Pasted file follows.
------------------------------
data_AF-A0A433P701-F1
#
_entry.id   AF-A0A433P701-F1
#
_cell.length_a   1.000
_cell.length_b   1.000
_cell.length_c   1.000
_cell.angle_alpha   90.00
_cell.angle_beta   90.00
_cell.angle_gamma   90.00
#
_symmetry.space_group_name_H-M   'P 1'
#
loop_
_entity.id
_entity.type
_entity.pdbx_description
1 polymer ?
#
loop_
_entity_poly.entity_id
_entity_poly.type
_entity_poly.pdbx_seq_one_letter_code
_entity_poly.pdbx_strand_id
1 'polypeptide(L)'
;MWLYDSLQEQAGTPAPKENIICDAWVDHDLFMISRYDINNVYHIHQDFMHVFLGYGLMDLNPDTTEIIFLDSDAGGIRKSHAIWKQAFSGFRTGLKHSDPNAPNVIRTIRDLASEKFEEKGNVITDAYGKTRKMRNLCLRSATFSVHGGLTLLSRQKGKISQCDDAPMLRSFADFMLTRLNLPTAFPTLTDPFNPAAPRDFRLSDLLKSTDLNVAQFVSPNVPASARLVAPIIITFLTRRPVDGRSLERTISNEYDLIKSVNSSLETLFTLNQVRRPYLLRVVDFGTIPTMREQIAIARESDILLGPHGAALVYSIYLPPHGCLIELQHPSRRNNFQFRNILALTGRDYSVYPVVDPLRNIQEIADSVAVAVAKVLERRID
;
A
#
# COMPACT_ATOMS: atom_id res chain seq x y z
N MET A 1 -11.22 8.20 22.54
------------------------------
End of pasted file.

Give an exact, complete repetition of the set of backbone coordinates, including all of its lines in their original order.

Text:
data_AF-A0A433P701-F1
#
_entry.id   AF-A0A433P701-F1
#
_cell.length_a   1.000
_cell.length_b   1.000
_cell.length_c   1.000
_cell.angle_alpha   90.00
_cell.angle_beta   90.00
_cell.angle_gamma   90.00
#
_symmetry.space_group_name_H-M   'P 1'
#
loop_
_entity.id
_entity.type
_entity.pdbx_description
1 polymer ?
#
loop_
_entity_poly.entity_id
_entity_poly.type
_entity_poly.pdbx_seq_one_letter_code
_entity_poly.pdbx_strand_id
1 'polypeptide(L)'
;MWLYDSLQEQAGTPAPKENIICDAWVDHDLFMISRYDINNVYHIHQDFMHVFLGYGLMDLNPDTTEIIFLDSDAGGIRKSHAIWKQAFSGFRTGLKHSDPNAPNVIRTIRDLASEKFEEKGNVITDAYGKTRKMRNLCLRSATFSVHGGLTLLSRQKGKISQCDDAPMLRSFADFMLTRLNLPTAFPTLTDPFNPAAPRDFRLSDLLKSTDLNVAQFVSPNVPASARLVAPIIITFLTRRPVDGRSLERTISNEYDLIKSVNSSLETLFTLNQVRRPYLLRVVDFGTIPTMREQIAIARESDILLGPHGAALVYSIYLPPHGCLIELQHPSRRNNFQFRNILALTGRDYSVYPVVDPLRNIQEIADSVAVAVAKVLERRID
;
A
#
# COMPACT_ATOMS: atom_id res chain seq x y z
N MET A 1 -11.22 8.20 22.54